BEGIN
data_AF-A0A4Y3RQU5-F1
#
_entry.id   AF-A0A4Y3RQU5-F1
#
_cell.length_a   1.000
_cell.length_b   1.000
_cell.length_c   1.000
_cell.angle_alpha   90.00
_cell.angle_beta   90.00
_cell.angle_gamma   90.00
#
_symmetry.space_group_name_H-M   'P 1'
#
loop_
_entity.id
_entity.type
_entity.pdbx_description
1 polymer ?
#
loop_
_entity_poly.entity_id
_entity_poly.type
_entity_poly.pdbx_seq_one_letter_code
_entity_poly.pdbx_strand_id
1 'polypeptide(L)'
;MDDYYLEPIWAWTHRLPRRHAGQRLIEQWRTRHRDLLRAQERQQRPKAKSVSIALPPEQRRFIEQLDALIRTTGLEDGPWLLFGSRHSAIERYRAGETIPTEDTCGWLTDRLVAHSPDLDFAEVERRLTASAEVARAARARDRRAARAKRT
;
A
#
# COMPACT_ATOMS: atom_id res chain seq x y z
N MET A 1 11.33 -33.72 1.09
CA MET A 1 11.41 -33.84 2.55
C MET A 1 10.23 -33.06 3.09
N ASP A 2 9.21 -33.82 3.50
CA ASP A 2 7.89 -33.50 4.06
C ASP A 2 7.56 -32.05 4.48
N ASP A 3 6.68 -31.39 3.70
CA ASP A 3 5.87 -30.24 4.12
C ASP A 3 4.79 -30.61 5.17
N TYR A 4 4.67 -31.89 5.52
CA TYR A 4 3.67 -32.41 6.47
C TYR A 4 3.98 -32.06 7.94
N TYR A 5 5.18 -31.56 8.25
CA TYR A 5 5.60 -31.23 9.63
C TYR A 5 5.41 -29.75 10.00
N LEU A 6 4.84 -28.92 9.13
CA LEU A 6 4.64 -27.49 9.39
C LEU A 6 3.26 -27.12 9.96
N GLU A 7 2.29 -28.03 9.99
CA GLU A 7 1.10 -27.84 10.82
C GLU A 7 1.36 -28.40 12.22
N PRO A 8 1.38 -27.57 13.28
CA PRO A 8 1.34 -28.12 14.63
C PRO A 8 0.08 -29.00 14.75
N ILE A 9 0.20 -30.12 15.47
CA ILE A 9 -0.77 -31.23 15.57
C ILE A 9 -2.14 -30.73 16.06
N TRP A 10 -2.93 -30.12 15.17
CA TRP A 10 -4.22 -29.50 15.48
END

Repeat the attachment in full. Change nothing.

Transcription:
data_AF-A0A4Y3RQU5-F1
#
_entry.id   AF-A0A4Y3RQU5-F1
#
_cell.length_a   1.000
_cell.length_b   1.000
_cell.length_c   1.000
_cell.angle_alpha   90.00
_cell.angle_beta   90.00
_cell.angle_gamma   90.00
#
_symmetry.space_group_name_H-M   'P 1'
#
loop_
_entity.id
_entity.type
_entity.pdbx_description
1 polymer ?
#
loop_
_entity_poly.entity_id
_entity_poly.type
_entity_poly.pdbx_seq_one_letter_code
_entity_poly.pdbx_strand_id
1 'polypeptide(L)'
;MDDYYLEPIWAWTHRLPRRHAGQRLIEQWRTRHRDLLRAQERQQRPKAKSVSIALPPEQRRFIEQLDALIRTTGLEDGPWLLFGSRHSAIERYRAGETIPTEDTCGWLTDRLVAHSPDLDFAEVERRLTASAEVARAARARDRRAARAKRT
;
A
#
# COMPACT_ATOMS: atom_id res chain seq x y z
N MET A 1 11.33 -33.72 1.09
CA MET A 1 11.41 -33.84 2.55
C MET A 1 10.23 -33.06 3.09
N ASP A 2 9.21 -33.82 3.50
CA ASP A 2 7.89 -33.50 4.06
C ASP A 2 7.56 -32.05 4.48
N ASP A 3 6.68 -31.39 3.70
CA ASP A 3 5.87 -30.24 4.12
C ASP A 3 4.79 -30.61 5.17
N TYR A 4 4.67 -31.89 5.52
CA TYR A 4 3.67 -32.41 6.47
C TYR A 4 3.98 -32.06 7.94
N TYR A 5 5.18 -31.56 8.25
CA TYR A 5 5.60 -31.23 9.63
C TYR A 5 5.41 -29.75 10.00
N LEU A 6 4.84 -28.92 9.13
CA LEU A 6 4.64 -27.49 9.39
C LEU A 6 3.26 -27.12 9.96
N GLU A 7 2.29 -28.03 9.99
CA GLU A 7 1.10 -27.84 10.82
C GLU A 7 1.36 -28.40 12.22
N PRO A 8 1.38 -27.57 13.28
CA PRO A 8 1.34 -28.12 14.63
C PRO A 8 0.08 -29.00 14.75
N ILE A 9 0.20 -30.12 15.47
CA ILE A 9 -0.77 -31.23 15.57
C ILE A 9 -2.14 -30.73 16.06
N TRP A 10 -2.93 -30.12 15.17
CA TRP A 10 -4.22 -29.50 15.48